Lot 21
  • 21

Mosan-Rhenish, probably Cologne, circa 1180-1200 and later

40,000 - 60,000 GBP
bidding is closed


  • Reliquary Cross with enamel plaques
  • gilt copper, champlevé enamel, gilt bronze, rock crystal, and glass stones, on a wood core
  • Mosan-Rhenish, probably Cologne, circa 1180-1200 and later
comprising: six Mosan-Rhenish gilt and champlevé enamelled copper plaques, probably Cologne, circa 1180-1200; engraved gilt copper plaques, some set with rock crystal, probably late 12th century; a Northern European gilt metal base with lion feet, probably 14th century; a probably German gilt bronze Corpus Christi, circa 1500; and possibly later gilt copper plates and glass stones


Baron Charles Gillès de Pelichy (1872-1958), Belgium;
thence by family descent

Catalogue Note

This reliquary cross is a fascinating composite comprising various elements of metalwork from the 12th to at least the 16th century. Significantly, it preserves six rare and finely worked champlevé enamel plaques originating from the golden age of goldsmiths' work in the Meuse-Rhine region during the late 12th century. Fragments from this period rarely appear at auction and may be counted among the most sought-after pieces of medieval enamel.

Ambitious metalwork, including enamelling, flourished in the Meuse valley during the late Romanesque period, reaching its zenith in the third quarter of the 12th century. A similar tradition developed along the Lower and Middle Rhine, particularly in Cologne, with clearly recognisable cross-influences between the two regions continuing well into the thirteenth century. This tradition manifested itself most famously in the great reliquary shrines of circa 1160-1200, such as the St Servatius Shrine in Maastricht and the Shrine of the Three Kings in Cologne. These shrines comprised a variety of materials and techniques, combining statuettes, repoussé reliefs, enamel, vernis brun, filigree, engraving, and hardstone inlay, to create magnificent centrepieces for churches and cathedrals. Stylistically the two regions were so closely linked that the attribution of fragments to one region over another is a 'delicate matter' which 'has caused controversy' (Stratford, op. cit., p. 11).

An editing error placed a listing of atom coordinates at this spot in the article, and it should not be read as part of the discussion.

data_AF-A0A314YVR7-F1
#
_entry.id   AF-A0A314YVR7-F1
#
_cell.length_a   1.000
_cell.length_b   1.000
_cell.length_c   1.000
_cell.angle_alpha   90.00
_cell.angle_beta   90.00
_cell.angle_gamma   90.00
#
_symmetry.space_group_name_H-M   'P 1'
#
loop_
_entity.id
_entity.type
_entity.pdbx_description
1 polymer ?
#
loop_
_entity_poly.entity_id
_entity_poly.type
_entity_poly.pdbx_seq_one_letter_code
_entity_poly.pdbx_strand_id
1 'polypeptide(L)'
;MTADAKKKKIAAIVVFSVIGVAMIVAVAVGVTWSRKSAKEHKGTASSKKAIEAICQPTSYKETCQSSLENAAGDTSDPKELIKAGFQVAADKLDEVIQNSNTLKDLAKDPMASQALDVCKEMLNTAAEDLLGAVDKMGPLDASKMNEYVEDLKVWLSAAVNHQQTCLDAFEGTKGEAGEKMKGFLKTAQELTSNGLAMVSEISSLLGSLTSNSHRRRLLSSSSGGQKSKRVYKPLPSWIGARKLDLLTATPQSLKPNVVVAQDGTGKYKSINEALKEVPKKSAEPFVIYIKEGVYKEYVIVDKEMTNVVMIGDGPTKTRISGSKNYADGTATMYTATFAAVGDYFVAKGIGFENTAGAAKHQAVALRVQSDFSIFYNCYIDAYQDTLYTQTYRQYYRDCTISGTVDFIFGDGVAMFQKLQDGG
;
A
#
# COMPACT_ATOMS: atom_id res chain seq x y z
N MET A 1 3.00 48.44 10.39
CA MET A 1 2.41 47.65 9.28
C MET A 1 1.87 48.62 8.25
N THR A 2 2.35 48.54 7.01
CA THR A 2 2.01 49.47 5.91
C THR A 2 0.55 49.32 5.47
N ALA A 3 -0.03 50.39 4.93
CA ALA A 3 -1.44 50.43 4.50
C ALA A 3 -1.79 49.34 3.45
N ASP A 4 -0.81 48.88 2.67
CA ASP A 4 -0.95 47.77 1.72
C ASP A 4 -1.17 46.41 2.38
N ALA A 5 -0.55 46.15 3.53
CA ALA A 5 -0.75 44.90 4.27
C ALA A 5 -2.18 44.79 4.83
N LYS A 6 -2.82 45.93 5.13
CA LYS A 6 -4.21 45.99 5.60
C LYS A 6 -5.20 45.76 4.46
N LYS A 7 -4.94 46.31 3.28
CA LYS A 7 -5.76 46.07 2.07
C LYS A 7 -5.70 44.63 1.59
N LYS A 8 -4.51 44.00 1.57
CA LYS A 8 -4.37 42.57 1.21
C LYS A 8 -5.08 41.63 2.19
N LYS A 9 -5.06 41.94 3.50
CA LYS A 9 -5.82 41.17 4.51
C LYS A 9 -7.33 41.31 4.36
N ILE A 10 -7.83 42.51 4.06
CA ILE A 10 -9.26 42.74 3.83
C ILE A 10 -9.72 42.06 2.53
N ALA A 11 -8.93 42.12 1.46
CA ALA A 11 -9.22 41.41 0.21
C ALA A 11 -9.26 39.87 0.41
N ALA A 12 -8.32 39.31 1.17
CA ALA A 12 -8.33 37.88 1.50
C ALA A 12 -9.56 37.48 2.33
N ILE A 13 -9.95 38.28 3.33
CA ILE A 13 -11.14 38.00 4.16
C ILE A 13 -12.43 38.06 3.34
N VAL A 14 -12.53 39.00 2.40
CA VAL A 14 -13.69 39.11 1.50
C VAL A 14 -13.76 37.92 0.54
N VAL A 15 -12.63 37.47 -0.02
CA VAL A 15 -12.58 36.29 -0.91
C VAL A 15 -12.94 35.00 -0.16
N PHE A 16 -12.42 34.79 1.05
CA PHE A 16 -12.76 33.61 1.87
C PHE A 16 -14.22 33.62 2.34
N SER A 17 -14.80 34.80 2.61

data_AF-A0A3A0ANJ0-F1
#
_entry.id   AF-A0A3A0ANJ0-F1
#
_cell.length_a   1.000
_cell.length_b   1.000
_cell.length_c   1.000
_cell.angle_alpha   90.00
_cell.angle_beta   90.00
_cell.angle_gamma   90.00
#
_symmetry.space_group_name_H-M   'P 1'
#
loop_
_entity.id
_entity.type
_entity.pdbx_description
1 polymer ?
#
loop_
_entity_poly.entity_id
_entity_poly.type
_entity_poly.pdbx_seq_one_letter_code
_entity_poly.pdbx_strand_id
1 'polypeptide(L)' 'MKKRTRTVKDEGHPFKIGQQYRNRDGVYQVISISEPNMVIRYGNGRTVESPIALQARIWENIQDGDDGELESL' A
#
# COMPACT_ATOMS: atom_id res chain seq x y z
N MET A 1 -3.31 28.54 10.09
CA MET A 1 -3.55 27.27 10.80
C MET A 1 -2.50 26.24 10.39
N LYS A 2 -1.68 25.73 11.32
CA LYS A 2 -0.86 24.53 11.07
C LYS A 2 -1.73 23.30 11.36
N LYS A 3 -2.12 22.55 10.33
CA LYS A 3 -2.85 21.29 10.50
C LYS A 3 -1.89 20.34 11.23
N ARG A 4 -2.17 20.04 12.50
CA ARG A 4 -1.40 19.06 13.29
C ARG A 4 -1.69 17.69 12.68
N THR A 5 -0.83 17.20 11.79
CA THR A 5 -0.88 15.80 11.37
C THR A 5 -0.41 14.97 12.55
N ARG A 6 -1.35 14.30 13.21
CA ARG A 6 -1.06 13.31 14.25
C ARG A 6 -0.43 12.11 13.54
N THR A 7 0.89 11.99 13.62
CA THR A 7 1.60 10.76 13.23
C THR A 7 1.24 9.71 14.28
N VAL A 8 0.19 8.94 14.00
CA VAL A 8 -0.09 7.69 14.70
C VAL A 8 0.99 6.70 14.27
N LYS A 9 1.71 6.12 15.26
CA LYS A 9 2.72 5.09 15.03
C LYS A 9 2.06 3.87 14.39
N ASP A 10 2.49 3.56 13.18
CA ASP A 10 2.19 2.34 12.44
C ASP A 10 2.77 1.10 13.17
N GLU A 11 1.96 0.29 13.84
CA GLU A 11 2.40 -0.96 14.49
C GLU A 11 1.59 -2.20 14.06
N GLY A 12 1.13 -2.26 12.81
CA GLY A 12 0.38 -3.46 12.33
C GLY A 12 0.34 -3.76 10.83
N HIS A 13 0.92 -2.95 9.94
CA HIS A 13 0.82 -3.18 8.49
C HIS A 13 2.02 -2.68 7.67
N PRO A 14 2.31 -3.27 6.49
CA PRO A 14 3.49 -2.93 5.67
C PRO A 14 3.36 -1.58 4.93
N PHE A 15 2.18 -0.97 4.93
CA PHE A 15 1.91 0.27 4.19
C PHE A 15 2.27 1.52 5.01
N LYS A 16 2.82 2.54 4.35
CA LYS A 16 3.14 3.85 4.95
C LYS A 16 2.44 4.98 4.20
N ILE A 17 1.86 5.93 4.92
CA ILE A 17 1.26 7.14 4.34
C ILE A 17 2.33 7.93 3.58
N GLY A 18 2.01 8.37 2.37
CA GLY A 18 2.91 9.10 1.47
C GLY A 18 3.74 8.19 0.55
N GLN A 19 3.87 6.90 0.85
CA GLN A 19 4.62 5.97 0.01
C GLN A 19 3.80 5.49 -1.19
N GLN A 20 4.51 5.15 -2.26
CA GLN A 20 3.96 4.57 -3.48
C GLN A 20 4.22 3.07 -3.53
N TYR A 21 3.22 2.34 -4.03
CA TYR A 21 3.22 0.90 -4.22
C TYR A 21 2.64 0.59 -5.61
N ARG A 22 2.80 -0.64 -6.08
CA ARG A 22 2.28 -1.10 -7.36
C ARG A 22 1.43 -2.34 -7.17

While the enamel plaques mounted on the present cross relate to both Mosan and Rhenish works, their most likely place of origin is arguably Cologne. The beautiful foliage enamel displayed in four of the plaques compares in both form and colour scheme to a group surrounding the Maurinus Shrine in St Pantaleon, Cologne, of circa 1170. Note the presence of at least two colours in each field and the general design of symmetrically interlocking branches ending in rounded leaf shapes, typically graded from dark green to yellow, or dark blue to white, with small areas of red in places (Foto Marburg, no. C 1.852.033). A closely related, but more diverse, style of enamelling is seen in the domed tabernacle in the Victoria and Albert Museum (inv. no. 7650-1851), a Cologne product of circa 1180. What sets the present enamels apart from these is the presence of small jagged leaves in the design. These are, however, found in other Cologne enamels from the late 12th century, such as the domed reliquary in Darmstadt (Hessisches Landesmuseum, inv. no. Kg 54:239), and a Cross from St Pantaleon (v. Falke, op. cit., pl. 41).

The remaining two enamel plaques show figures in gilt copper on a dark blue enamel ground, a technique seen in the decoration of several Mosan-Rhenish ecclesiastical monuments. The plaque at the top of the cross depicting a lion opposite a hooded chimaera is a particularly rare survival. It appears to show the influence of Nicolas of Verdun, the most prominent Mosan goldsmith at the cusp between the Romanesque and the Gothic period around 1180-1200. The lion's clearly delineated anatomy recalls the Samson and the Lion plaque from Nicolas of Verdun’s Klosterneuburg retable (see Rhein und Maas, vol. 2, p. 233), for which the artist drew from antique precedents. The rather grotesque face of the chimaera, on the other hand, has parallels in both Rhenish and Mosan manuscripts; see a devil in the Deutz Chronik (Rhein und Maas, vol. 2, p. 318, fig. 26) and a dragon head in the St Bertin book (Stratford, op. cit., pl. 22); while for a similar hooded creature, compare an early 13th-century book cover in Namur (Rhein und Maas, vol. 1, p. 350, no. M 6/7). The two birds between foliage mounted at the bottom of the cross are of a type seen in a number of Cologne shrines, notably the Albinus Shrine of circa 1186 (v. Falke, op. cit., pl. 20) and the Anno Shrine in Siegburg (ibid., pl. 25).